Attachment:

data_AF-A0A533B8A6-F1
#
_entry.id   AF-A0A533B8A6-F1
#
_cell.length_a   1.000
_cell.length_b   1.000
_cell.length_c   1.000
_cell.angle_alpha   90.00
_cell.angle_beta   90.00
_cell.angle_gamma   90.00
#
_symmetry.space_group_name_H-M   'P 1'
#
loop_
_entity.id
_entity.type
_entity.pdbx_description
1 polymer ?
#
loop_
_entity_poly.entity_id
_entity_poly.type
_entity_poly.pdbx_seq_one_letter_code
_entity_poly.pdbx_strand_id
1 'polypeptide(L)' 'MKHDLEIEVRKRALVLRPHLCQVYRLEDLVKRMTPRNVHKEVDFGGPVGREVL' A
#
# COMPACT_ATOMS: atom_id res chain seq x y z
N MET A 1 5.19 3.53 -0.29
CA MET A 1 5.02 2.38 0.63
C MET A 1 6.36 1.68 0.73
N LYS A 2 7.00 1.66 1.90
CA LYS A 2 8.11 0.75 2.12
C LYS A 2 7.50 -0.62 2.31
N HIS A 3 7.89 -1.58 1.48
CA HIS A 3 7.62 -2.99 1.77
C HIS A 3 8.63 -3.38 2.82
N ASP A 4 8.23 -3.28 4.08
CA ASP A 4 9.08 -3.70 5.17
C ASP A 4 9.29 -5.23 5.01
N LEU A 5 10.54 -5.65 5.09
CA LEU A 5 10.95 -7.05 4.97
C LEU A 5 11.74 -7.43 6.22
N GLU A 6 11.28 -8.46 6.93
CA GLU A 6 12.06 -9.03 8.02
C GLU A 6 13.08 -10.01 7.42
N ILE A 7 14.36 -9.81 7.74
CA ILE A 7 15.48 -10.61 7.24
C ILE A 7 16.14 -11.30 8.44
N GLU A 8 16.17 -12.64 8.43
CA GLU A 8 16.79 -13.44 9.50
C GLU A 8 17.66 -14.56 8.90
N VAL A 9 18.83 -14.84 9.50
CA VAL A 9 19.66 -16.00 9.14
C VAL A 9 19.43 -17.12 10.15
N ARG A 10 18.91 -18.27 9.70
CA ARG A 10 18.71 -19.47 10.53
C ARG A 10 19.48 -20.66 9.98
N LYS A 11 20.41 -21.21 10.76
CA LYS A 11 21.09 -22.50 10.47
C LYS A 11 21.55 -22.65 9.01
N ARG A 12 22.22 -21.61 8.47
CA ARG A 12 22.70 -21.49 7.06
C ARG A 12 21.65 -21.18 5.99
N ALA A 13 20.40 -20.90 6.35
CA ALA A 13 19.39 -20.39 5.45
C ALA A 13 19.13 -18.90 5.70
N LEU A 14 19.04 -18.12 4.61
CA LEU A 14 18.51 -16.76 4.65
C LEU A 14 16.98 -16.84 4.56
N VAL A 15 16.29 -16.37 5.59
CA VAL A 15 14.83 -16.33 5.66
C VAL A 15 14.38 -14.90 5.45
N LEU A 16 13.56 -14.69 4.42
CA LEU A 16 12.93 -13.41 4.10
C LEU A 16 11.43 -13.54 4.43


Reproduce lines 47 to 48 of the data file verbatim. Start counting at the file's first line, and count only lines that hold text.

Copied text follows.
CA ILE A 7 15.48 -10.61 7.24
C ILE A 7 16.14 -11.30 8.44